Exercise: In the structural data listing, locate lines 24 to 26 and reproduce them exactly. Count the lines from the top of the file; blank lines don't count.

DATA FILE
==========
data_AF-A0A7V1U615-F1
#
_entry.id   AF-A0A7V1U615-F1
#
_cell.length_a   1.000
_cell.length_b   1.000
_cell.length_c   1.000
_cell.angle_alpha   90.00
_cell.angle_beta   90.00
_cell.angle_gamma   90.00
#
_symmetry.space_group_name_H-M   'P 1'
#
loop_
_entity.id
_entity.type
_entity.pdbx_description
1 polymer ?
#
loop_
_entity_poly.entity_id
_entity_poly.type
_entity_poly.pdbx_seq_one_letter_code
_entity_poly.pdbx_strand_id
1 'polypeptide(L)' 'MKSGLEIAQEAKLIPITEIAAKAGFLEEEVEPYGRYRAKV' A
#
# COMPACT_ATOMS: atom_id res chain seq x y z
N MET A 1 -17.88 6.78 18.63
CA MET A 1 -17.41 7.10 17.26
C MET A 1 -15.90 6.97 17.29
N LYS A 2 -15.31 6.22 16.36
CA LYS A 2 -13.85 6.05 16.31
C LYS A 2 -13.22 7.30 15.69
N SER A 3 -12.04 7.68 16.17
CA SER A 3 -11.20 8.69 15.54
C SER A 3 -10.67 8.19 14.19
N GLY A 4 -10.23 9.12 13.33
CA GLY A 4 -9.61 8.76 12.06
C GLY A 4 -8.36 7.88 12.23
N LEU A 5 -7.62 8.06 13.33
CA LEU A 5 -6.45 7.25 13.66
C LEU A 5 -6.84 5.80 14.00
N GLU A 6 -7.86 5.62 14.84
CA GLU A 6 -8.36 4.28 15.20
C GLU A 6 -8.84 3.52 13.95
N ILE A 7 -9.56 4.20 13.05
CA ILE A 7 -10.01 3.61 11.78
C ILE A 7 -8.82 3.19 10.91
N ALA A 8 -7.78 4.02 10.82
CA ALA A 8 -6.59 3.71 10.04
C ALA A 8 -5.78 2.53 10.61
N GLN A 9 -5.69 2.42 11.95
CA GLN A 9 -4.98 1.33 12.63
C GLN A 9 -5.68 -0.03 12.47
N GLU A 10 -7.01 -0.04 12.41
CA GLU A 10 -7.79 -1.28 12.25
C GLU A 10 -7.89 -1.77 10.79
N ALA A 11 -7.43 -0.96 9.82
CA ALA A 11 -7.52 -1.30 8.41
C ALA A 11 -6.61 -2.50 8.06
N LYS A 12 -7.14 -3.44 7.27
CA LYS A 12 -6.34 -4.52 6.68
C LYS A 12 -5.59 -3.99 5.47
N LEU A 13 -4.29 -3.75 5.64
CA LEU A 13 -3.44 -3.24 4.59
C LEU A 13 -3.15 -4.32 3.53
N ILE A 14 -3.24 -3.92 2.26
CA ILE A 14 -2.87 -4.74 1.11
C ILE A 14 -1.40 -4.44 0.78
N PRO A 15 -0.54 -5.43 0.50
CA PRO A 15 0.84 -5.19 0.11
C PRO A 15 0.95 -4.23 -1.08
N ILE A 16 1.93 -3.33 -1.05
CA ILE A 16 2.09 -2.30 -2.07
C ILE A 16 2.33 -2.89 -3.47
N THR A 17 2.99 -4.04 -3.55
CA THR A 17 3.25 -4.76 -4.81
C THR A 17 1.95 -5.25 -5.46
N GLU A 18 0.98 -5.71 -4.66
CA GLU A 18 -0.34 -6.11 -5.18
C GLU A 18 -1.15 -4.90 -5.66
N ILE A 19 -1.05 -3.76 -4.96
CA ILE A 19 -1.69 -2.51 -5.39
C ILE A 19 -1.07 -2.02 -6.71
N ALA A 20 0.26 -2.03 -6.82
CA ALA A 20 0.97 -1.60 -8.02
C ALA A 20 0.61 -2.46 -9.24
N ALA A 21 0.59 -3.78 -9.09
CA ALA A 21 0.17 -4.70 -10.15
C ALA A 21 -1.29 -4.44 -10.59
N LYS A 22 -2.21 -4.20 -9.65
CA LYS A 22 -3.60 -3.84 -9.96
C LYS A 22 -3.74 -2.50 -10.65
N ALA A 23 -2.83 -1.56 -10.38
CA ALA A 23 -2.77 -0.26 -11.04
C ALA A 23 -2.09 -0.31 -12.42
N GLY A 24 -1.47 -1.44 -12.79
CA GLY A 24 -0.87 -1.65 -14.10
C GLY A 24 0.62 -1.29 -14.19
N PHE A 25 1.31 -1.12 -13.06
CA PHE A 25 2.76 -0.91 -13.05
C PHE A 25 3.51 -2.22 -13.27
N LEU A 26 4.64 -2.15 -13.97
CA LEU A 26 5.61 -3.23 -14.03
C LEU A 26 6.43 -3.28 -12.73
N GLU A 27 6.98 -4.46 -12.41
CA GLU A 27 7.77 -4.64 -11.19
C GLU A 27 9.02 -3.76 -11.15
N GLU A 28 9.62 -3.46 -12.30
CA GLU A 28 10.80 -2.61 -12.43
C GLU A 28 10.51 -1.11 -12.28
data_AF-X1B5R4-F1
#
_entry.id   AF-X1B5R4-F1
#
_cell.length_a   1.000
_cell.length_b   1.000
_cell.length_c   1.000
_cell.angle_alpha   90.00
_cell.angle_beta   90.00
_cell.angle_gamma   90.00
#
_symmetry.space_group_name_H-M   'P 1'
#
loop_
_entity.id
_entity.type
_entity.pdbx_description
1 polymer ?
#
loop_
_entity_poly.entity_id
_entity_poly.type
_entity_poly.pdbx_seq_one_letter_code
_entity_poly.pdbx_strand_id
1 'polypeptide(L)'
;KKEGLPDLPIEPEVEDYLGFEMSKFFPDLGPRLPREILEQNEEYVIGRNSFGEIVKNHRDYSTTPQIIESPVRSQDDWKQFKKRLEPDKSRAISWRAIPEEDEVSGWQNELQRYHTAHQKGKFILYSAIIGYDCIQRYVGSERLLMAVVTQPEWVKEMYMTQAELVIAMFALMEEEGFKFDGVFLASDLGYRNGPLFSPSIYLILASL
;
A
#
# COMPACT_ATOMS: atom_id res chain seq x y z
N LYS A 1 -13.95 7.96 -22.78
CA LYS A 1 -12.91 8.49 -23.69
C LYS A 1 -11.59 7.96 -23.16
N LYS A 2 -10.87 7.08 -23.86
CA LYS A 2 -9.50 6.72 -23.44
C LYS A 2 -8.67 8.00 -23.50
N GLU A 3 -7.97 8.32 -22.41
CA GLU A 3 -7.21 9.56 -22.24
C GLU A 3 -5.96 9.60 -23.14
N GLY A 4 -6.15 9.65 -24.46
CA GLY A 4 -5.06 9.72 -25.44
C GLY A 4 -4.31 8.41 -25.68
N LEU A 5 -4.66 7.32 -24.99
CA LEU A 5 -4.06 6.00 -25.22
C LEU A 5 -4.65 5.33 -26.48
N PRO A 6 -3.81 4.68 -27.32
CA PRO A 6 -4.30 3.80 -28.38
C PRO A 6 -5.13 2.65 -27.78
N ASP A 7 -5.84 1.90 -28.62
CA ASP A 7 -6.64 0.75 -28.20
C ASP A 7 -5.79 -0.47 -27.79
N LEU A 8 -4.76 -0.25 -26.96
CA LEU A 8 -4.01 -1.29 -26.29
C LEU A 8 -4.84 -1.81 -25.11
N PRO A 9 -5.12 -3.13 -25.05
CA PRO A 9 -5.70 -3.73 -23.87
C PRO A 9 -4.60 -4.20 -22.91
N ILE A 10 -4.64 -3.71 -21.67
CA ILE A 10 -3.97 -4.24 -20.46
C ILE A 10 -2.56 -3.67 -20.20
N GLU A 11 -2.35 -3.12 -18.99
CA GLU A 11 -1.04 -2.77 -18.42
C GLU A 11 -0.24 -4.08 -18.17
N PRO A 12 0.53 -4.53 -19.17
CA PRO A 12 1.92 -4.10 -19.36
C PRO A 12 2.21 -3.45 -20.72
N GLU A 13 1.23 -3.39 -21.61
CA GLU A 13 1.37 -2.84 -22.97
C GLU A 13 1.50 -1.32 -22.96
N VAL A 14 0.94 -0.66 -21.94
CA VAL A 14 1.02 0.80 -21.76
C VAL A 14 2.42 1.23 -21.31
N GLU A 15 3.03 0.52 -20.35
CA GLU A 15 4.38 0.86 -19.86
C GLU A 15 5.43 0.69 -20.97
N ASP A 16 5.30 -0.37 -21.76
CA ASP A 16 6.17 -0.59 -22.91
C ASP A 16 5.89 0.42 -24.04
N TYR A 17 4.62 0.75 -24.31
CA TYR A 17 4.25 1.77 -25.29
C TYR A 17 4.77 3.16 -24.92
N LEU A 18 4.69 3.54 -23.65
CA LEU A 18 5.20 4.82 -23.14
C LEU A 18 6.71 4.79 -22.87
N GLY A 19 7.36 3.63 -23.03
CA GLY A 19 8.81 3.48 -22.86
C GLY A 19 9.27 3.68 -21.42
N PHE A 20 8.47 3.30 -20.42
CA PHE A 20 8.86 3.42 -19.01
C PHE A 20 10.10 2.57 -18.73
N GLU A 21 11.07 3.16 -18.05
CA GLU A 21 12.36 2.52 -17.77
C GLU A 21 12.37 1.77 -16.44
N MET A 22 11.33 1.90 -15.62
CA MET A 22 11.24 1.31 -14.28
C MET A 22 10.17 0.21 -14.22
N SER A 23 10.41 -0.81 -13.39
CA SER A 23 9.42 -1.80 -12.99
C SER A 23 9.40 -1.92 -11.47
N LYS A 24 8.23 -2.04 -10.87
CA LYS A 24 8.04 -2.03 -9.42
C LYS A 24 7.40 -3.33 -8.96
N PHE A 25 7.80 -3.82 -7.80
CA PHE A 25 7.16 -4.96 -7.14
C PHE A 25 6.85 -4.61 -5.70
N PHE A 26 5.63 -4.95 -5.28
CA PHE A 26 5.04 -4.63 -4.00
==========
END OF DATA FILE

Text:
_entity_poly.pdbx_strand_id
1 'polypeptide(L)' 'MKSGLEIAQEAKLIPITEIAAKAGFLEEEVEPYGRYRAKV' A
#